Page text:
Event Calendar

Wednesday, April 21, 2021

Wed, Apr 21, 2021

Center for Restorative Practices Logo: concentric purple circles with the text "Amherst College CRP"

Restorative Justice Through the Power of Storytelling with Circles of Support and Accountability

How do we welcome you back?

Following the lives of five people, the film Coming Home takes an intimate and powerful look at a state/community partnership called COSA (Circles of Support and Accountability) as it portrays the struggles and challenges of folks coming out of prison and the successes of this restorative justice model in repairing harm. Filmmaker Bess O’Brien will discuss how the restorative power of sharing one’s story and gaining trust from local community members moves people forward in their healing process and moves them away from reoffending.

Registration Required
Helen Zia headshot photo

"Asian American Activism and Anti-Asian Violence: A Conversation with Helen Zia"

8:00 pm Virtual

Amherst College will welcome Helen Zia, activist, award-winning author and former journalist, in conversation with Robert Hayashi, associate professor of American Studies. This event is part of the President’s Colloquium on Race and Racism, a series that centers the voices of scholars studying intersections of race and American democracy.

Helen Zia is a writer, activist and Fulbright Scholar. She is the author of Asian American Dreams: The Emergence of an American People, about the contemporary civil rights struggles of Asian Americans; her latest book, Last Boat out of Shanghai: The Epic Story of the Chinese who Fled Mao's Revolution, was an NPR best book of 2019 and shortlisted for a 2020 national PEN AMERICA award. An award-winning magazine journalist, she was the executive editor of Ms. Magazine, where her reporting on neo-Nazi and white supremacist organizations sparked new thinking on the relationship between race and gender in hate violence. The daughter of Chinese immigrants, Helen has been outspoken on issues ranging from human rights to countering hate violence and homophobia. Her leadership in the landmark civil rights case of anti-Asian violence in the 1982 hate killing of Vincent Chin in Detroit has been documented in the Oscar-nominated film Who Killed Vincent Chin?. Helen has honorary doctorates from the University of San Francisco and the City University of New York Law School. She attended Princeton University on a full scholarship and was a member of its first graduating class of women. Helen quit medical school to work as a construction laborer, an autoworker and a community organizer, until she discovered her life’s work as a journalist and writer.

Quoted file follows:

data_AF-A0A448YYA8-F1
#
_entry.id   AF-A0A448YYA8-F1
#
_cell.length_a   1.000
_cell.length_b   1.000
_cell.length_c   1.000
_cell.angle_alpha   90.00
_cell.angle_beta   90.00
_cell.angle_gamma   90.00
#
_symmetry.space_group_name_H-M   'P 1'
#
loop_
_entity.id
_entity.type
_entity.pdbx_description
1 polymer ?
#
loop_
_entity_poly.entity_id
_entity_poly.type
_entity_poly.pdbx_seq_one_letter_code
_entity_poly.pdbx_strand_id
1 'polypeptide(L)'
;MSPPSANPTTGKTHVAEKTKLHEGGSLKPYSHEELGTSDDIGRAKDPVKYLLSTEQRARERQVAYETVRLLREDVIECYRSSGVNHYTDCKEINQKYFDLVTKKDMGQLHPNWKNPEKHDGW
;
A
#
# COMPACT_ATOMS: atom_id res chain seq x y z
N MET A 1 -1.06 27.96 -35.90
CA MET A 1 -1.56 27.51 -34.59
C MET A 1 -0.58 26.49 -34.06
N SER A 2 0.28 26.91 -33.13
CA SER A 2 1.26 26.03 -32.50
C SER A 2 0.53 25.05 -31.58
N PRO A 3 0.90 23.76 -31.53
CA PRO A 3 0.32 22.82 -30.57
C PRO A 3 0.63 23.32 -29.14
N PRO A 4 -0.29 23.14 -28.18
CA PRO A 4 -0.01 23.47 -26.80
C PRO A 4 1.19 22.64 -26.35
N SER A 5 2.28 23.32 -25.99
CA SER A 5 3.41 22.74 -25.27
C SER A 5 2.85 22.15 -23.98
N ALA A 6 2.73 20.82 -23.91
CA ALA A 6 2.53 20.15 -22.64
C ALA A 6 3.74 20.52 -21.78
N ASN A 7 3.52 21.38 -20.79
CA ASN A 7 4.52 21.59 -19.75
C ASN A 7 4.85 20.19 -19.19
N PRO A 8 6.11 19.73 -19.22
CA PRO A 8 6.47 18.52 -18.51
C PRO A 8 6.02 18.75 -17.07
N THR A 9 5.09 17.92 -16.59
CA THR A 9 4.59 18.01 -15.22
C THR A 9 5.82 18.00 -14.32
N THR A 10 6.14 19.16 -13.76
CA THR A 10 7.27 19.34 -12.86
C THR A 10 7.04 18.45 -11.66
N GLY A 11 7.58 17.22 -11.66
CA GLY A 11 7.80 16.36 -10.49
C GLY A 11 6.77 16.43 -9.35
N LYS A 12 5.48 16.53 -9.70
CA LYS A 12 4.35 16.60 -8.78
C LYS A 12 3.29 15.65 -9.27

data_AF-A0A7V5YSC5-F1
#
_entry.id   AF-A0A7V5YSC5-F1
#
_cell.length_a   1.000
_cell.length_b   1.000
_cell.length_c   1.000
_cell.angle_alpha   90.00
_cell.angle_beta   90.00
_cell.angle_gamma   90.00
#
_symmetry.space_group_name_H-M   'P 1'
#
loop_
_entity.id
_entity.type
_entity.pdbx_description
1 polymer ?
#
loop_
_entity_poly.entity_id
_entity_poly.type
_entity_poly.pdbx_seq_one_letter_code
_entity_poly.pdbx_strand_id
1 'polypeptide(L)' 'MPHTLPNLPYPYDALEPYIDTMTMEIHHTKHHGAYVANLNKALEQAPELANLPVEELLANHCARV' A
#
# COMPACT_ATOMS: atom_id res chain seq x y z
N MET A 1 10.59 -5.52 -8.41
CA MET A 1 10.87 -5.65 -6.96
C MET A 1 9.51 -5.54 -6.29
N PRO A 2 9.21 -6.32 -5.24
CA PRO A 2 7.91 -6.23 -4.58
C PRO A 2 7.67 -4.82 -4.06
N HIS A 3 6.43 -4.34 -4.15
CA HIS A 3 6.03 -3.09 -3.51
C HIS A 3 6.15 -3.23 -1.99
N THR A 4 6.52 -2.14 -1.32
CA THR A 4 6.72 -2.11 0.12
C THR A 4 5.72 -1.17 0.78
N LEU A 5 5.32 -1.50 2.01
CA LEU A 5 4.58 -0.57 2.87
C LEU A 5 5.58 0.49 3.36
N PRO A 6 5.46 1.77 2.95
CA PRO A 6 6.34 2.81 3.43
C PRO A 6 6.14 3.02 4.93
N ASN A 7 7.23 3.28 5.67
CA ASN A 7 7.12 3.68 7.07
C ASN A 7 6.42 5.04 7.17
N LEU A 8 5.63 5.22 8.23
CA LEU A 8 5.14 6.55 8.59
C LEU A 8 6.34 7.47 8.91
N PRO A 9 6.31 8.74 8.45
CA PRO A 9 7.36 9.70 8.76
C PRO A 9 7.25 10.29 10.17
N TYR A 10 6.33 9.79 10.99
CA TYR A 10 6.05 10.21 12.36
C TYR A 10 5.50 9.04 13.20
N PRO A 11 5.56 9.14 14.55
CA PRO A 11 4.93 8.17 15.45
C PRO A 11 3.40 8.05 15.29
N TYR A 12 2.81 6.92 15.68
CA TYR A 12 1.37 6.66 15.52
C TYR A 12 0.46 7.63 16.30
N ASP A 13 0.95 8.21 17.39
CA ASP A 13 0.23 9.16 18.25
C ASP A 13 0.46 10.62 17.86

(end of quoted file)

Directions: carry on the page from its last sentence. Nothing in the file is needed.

Robert Hayashi is an associate professor of American Studies at Amherst College. He is the author of Haunted by Waters: A Journey Through Race and Place in the American West and has written about Japanese American incarceration, Asian American literature and sports. His current research focuses on early Asian American sports history.

This event is supported by the Victor S. Johnson Lecture Fund, established for the president to bring to Amherst lecturers in the best tradition of the liberal arts.

Registration Required